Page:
Viewing page 7 of 38
It looks like you're using a mobile device. We recommend using a physical keyboard for transcription entry.
[[image]] The "Champagne Touch" Enjoy the elegance that makes ocean travel the height of luxury aboard America's newest cruise liners ss ARGENTINA and ss BRASIL. Every moment aboard is graced by our "Champagne touch"...gracious service, beautiful staterooms, superb cuisine. CARIBBEAN CRUISES from Boston Sept. 21 7-days $250 up from New York Oct. 6 7-days $250 up Oct. 14 9-days $325 up Oct. 23 5-days $180 up Oct. 29 12-days $430 up Nov. 10 7-days $250 up Calling variously at: San Juan, St. Thomas, Bermuda, Martinique, Trinidad, Curaçao. SOUTH AMERICA CRUISES 31 days from New York June 25, August 13, Sept. 3, October 8, November 19, $930 up 35-day Christmas-New Year Cruise from New York-Dec. 22, $1050 up (from Pt Everglades-Dec. 24) Calling at St. Thomas, Rio de Janeiro, Santos (São Paulo), Montevideo, Buenos Aires, Barbados, San Juan. 35-day SCANDINAVIA • BALTIC & NORTHERN EUROPE CRUISES from New York July 8, July 29, $1350 up SEE YOUR TRAVEL AGENT NOW! Call or write for colorful brochures MOORE-McCORMACK LINES Two Broadway, Dept. H-6, N.Y., N.Y. 10004 [[image]] "WHERE CAN YOU BUY"-SEE LAST PAGE Matta brought the high glamour and prestige of French art to the United States, unquestionably influencing such young American painters as Arshile Gorky, Jackson Pollock, Mark Rothko, Adolph Gottlieb, Robert Motherwell, Willem de Kooning and William Baziotes. Castelli was part of the circle- a collector and friend of the artists- whose hub was Peggy Guggenheim and her New York gallery, Art of This Century. Most of these artists did not begin to make any real money until the mid 1950's. They remember Castelli's apartment fondly for its wealth of bourgeois comforts. He remembers the time as one of waste and failure for himself. The fact that he was then a partner in a knit-goods business, which his father-in-law set up for him when he came out of the army, in 1945, is a source of profound embarrassment to him. I noted the fluster that came over him when questioned about his old business, and suggested that he might be ashamed to have been "in trade." "Well, yes, that partly." He smiled, with a nervous jiggling of the head. "But what a waste of time. That embarrasses me. I hate to think of how I squandered those years. After all, I didn't arrive at my vocation until I was almost fifty. That is shameful. I guess you might classify me as a playboy, unpleasant as that sounds. My father sent me away from Trieste to get the playboy in me out of the system. Ileana's family was very wealth. It made things much to easy, and other things too hard." One thing it made easier was collecting. As a collector in New York during those "wasted" years, he was considered quick and sure of eye, but timid about taking the ultimate step. One friend of de Kooning's recalls an episode in 1953, when he and de Kooning were looking at the artist's most recent picture at his studio. Castelli entered, instantly admired the painting and said he would buy it for $3,000. This called for a celebration, according to the friend, so de Kooning brought out a bottle and the proceeded to drink. When Castelli left, de Kooning said, "He won't buy it." He didn't. A year or so later, the Metropolitan Museum of Art bought the painting for $7,000. It is now worth six or seven times that. When asked about this incident, Castelli raised his eyebrow ironically. "Timid? Of course. I didn't have the money. I was too enthusiastic for my means." Nevertheless, during those years, he and his wife built a substantial and handsome collection of paintings. When, in 1957, the knit-goods business defunct he was about to "jump off the bridge" for want of vocation and a source of income, he decided to deal in paintings. "But I did not sell off my wall" he says, trying to be clearly understood on matters of pride. "The whole idea of selling my paintings off my apartment walls is a very unpleasant idea to me. It is like exposing one's life to the public. Or making something... Continued on Page 99 [[5 images]] You made the switch in shaving... now make it in power mowing with AMF HOMKO 22" Self Propelled Rotary Model 1232 FIRST STAINLESS STEEL MOWER BLADE STAINLESS STEEL FLEXOR BLADE You know how stainless steel revolutionized shaving. Now AMF/Homko revolutionizes power mowing with its exclusive Stainless Steel Flexor Blade. Designed to give your lawn a "clean shave" time after time. Clean-cutting, rust-resistant, tempered to hold a cutting edge longer. Flexor Blade tips absorb shock, eliminate bent crank-shaft. Insist on the mower with the Stain-less Steel Flexor Blade-at your AMF/Homko dealer's now! There is an AMF/Homko Power Mower That's Just Right For Your Lawn: Rotaries, Reels, Riders, Tillers. Write today for full color brochure. Ride the AMF Monorail at the New York World's Fair! AMF WESTERN TOOL, INC. Des Moines, Iowa 50302, Dept. HOL-56 Subsidiary of American Machine & Foundry Co. [[image]] Every Step A Pleasure! Dr Scholl's ARCH-LIFT® WALKING SANDALS (T.M.) FOR MEN • WOMEN • CHILDREN Don't let uncomfortable feet spoil your fun! Discover the joy of care-free hours afoot with Dr. Scholl's ARCH-LIFT WALKING SANDALS. Cool and airy- yet every step gets a gentle "lift" from the built up arch. The molded sole and cupped heel seat hold foot in place. Extended heel for better balance. All leather, smartly-styled. No other casual footwear offers so much walking pleasure! MEN'S • WOMEN'S (Style Shown Above) $10.95 Men's: Tan, Brown, Black. Sizes 6 to 15. Women's: Tan, Red, White, Black Sizes 3 to 13 Women's sizes over 10, Men's over 12, add $1.00 At Dr. Scholl's Foot Comfort® Shops, Shoe, Dept. Stores; or write DR. SCHOLL'S, Inc., Dept. 24L6, Chicago 10, Illinois [[image]] Ideal for Your Child's Feet! Provide firm support; toes remain free to grow straight, graceful. Child's: Tan, Red, White. $7.95 up. [[image]] Also WOMEN'S 1" heel Tan, Red, White, Black. Sizes 3 to 13. $10.95 [[image]] Also MEN'S CLOSED Front Brown or Black. Sizes 6 to 15. $12.95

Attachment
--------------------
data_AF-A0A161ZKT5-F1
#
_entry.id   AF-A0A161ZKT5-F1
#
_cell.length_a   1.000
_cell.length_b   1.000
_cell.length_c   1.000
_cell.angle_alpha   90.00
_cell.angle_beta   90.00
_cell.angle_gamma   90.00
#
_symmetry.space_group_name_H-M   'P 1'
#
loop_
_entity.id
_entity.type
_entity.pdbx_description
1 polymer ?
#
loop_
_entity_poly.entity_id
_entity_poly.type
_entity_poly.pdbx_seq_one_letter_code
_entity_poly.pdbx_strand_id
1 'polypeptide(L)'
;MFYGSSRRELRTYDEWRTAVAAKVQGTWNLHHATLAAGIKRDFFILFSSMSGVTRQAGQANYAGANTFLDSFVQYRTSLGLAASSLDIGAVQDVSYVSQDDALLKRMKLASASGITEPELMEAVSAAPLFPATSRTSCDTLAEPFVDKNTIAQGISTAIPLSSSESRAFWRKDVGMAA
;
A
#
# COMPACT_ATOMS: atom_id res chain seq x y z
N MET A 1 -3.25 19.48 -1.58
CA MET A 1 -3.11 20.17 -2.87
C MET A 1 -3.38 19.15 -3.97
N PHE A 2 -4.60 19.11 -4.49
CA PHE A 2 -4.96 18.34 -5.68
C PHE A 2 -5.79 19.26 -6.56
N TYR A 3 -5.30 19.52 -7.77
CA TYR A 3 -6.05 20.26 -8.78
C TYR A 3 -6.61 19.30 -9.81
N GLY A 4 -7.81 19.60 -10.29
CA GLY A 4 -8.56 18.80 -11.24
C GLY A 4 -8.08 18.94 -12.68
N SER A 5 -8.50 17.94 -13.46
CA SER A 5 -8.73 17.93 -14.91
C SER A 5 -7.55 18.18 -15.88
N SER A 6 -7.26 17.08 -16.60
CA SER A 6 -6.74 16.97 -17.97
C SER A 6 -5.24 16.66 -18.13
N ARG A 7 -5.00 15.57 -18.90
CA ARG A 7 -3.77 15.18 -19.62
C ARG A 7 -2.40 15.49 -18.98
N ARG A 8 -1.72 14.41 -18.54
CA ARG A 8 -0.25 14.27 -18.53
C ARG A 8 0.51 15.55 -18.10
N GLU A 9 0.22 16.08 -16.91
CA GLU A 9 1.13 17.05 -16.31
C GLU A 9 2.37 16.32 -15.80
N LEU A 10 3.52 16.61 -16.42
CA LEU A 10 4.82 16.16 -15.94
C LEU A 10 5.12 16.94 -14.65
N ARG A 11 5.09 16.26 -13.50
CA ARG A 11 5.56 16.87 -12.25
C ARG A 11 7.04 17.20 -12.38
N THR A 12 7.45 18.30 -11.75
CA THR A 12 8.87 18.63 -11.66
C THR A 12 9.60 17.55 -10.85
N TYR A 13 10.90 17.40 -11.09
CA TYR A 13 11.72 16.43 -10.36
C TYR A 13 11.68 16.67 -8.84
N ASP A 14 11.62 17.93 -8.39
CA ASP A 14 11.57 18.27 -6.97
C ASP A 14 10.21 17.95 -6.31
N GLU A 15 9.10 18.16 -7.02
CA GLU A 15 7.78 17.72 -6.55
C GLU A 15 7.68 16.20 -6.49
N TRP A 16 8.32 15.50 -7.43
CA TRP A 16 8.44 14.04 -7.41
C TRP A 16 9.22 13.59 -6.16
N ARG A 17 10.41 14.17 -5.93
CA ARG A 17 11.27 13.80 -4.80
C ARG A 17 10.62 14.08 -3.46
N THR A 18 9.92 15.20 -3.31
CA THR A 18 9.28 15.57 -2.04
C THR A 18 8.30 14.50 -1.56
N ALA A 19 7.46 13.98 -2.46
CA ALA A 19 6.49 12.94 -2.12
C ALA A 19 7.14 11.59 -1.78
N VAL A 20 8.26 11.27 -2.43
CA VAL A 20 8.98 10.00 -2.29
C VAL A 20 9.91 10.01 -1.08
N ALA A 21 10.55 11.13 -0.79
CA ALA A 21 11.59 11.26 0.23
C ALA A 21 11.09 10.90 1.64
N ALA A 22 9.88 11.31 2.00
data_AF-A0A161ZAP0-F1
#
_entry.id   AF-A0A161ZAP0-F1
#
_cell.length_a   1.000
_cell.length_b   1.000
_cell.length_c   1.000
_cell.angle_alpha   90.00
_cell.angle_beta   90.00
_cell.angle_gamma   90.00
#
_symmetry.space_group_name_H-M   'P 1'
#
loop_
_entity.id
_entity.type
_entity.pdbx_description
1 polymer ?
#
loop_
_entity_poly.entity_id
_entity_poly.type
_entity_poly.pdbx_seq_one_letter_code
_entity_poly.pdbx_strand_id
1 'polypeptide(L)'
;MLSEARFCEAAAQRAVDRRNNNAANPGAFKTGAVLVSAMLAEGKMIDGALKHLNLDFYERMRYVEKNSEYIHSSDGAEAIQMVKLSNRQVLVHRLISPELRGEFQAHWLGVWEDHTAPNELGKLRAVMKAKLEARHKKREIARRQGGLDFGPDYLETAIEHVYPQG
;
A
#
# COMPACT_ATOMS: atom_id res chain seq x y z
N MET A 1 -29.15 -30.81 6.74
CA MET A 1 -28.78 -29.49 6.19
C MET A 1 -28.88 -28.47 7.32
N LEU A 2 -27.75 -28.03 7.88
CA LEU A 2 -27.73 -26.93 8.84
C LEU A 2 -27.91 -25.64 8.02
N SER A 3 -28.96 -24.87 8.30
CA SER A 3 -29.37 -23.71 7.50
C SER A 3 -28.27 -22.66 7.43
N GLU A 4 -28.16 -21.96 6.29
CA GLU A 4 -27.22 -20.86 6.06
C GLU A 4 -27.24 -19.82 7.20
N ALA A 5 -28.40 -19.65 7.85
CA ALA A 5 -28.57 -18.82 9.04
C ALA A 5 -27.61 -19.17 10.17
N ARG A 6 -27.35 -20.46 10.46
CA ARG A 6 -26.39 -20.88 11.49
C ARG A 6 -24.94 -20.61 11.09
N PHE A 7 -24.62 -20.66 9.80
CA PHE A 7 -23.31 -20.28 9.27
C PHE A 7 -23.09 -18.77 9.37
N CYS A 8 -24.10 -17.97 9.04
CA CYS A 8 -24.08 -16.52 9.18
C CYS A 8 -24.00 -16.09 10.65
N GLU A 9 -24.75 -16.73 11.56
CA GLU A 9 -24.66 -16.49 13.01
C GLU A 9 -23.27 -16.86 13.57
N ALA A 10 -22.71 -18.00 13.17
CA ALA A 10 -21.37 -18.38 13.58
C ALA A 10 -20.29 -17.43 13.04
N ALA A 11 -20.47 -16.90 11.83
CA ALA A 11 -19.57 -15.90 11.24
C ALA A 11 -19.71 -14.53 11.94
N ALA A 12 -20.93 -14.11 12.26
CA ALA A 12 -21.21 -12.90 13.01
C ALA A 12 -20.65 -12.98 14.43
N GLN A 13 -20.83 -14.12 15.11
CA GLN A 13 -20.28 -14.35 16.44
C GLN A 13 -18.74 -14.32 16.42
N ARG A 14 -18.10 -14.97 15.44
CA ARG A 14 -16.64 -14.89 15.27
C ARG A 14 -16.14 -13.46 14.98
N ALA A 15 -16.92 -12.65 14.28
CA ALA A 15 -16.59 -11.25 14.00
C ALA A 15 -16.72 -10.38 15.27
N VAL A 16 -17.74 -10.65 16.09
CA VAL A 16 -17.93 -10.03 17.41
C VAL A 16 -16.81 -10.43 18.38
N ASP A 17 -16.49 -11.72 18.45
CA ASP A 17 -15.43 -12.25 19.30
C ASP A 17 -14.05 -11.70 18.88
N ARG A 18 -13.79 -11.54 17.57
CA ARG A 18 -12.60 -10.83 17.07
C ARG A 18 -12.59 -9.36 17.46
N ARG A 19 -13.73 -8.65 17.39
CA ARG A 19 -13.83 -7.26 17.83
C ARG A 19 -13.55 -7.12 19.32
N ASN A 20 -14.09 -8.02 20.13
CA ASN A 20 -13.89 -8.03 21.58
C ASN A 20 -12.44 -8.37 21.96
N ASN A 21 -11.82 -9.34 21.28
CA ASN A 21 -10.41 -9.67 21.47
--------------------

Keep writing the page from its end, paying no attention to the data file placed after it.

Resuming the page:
Please note that the language and terminology used in this collection reflects the context and culture of the time of its creation, and may include culturally sensitive information. As an historical document, its contents may be at odds with contemporary views and terminology. The information within this collection does not reflect the views of the Smithsonian Institution, but is available in its original form to facilitate research. For questions or comments regarding sensitive content, access, and use related to this collection, please contact firstname.lastname@example.org.